Study finds Conowingo Dam losing ability to prevent bay pollution
Susquehanna River flushed record sediment, phosphorus into Chesapeake last year
A US Geological Survey report warns that Conowingo Dam and other dams on the Susquehanna River are losing their ability to trap sediment and already allowing more pollution to reach the Chesapeake Bay. (Kenneth K. Lam / August 30, 2012)
The U.S. Geological Survey reports that the reservoirs behind Conowingo and other dams on the lower Susquehanna River are nearly full of sediment and are increasingly failing to trap it as it washes down river. The 94-foot-high hydroelectric structure at Conowingo is just the last and largest of several dams on the river.
Scientists have long warned that the sediment buildup behind the dams would eventually max out, allowing more water-fouling silt and phosphorus to get through. But as recently as last year, officials had said they expected the Conowingo would continue trapping sediment and the phosphorus that attaches to it for another 15 to 20 years.
But as The Baltimore Sun reported earlier this month, a USGS scientist taking another look at the dams' sediment-trapping ability has concluded that they're already deteriorating significantly, with extreme weather events like Tropical Storm Lee last September scouring out large amounts of sediment and flushing them into the bay.
Sediment can cloud the water, blocking out sunlight needed by the underwater grasses that provide food and shelter for fish and crabs. It also can smother oysters and other shellfish. Additionally, phosphorus, which binds to the sediment particles, can feed the algae blooms that cause a massive "dead zone" to form in the bay every summer.
Driven by the tropical storm and heavy spring rains, the Susquehanna dumped record amounts of phosphorus and sediment into the bay last year, the USGS reports, more than in any year since monitoring began in 1978.
The dams' declining ability to trap sediments apparently were reponsible for at least part of that. Since 1996, according to the report, the average amount of phosphorus getting to the bay from the Susquehanna has increased 55 percent, while sediment has jumped 97 percent. Yet another USGS report found recently that nutrient and sediment levels in the river upstream of the dams were down 25 percent overall.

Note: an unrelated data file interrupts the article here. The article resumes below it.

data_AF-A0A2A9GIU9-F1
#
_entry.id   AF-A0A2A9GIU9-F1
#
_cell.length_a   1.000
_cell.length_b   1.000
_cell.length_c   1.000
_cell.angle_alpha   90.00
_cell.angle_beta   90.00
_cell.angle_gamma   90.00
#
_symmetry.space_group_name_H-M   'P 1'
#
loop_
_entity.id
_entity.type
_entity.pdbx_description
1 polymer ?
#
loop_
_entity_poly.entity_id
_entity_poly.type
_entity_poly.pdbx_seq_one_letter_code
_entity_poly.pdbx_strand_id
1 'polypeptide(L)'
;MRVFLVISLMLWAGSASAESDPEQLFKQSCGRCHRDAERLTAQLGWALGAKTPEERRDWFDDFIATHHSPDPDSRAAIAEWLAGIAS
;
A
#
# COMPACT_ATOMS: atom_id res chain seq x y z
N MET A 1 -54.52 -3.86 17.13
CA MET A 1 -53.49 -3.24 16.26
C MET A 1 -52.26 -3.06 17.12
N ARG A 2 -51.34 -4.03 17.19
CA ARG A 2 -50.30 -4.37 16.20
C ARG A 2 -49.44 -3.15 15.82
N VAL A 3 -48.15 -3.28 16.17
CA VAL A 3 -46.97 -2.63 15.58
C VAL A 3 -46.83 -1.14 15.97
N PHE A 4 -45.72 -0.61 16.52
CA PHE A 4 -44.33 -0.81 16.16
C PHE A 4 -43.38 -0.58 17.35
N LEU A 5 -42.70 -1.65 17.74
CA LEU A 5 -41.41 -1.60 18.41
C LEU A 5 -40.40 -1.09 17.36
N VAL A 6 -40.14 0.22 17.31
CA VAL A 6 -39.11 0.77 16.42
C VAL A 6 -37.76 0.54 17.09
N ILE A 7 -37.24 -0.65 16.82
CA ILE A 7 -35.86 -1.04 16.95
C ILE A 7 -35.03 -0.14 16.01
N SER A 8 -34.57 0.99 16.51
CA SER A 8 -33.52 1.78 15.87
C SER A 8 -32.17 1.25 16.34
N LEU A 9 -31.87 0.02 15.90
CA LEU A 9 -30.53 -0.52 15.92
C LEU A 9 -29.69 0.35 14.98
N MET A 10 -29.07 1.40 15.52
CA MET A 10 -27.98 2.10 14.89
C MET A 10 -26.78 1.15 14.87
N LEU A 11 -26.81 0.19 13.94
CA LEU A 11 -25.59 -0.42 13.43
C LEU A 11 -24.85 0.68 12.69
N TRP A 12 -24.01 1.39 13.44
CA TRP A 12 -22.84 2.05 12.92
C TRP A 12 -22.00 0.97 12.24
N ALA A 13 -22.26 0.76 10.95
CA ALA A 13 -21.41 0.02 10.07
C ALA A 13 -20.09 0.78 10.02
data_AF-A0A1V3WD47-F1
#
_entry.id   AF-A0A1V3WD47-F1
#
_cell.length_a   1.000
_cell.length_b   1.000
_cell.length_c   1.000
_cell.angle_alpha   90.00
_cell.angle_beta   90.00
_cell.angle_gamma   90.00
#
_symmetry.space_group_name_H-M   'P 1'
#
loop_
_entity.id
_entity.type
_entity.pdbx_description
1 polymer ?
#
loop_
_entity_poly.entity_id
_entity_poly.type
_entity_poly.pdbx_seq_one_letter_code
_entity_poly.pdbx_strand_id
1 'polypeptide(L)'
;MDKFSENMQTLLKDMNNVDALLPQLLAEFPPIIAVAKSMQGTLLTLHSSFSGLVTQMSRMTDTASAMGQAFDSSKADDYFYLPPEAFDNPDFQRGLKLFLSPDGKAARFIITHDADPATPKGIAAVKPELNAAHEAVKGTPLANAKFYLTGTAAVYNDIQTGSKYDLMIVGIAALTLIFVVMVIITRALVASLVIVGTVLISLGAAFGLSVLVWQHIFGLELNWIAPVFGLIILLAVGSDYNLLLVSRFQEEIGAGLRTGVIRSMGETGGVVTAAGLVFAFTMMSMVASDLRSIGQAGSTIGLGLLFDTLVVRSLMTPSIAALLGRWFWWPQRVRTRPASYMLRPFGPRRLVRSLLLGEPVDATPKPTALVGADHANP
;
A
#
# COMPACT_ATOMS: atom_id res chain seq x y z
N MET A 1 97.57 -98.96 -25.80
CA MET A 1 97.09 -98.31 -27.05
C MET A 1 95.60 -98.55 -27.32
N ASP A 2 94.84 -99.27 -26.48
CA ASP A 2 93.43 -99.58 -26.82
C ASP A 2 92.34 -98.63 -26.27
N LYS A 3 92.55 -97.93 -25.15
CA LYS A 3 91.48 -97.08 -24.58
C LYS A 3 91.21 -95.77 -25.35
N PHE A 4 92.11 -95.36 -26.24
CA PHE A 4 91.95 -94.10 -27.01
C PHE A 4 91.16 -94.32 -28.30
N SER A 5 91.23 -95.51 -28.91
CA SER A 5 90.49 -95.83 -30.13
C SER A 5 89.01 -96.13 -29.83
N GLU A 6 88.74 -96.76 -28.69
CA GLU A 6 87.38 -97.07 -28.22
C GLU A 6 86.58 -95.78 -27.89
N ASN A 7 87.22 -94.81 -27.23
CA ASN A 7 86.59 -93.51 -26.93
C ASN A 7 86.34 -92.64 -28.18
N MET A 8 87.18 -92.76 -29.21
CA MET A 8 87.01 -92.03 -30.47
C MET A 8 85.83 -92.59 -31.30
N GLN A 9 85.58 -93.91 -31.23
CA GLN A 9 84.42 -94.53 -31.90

"It has been understood for many years that as the reservoirs on the Lower Susquehanna River fill with sediment, there will be a substantial decrease in their ability to limit the influx of sediment and nutrients, especially phosphorus, to the Chesapeake Bay," Bob Hirsch, research hydrologist and author of the report, said in a news release accompanying the report. But his recent analysis shows increases in pollution "are not just a theoretical issue for future consideration, but are already underway."
As the Chesapeake's largest tributary, the Susquehanna plays a major role in the bay's health, furnishing nearly 41 percent of the nitrogen, 25 percent of the phosphorus and 27 percent of the sediment getting into its waters.
Hirsch warned that the dams' declining ability to trap sediment and phosphorus were already undermining the multi-state bay cleanup effort.
"The findings of this USGS study increase the urgency of identifying and implementing effective management options for addressing the filling reservoirs," Bruce Michael, director, resource assessment for the Maryland Department of Natural Resources, said in the release.
Officials have been studying the problem for the past year and in the next year or two hope to identify possible remedies, which may include dredging sediment from behind the dams to restore their trapping ability, or requiring further reductions in pollution from Pennsylvania and New York to offset the dams' failure to continue trapping it. Either is likely to be costly.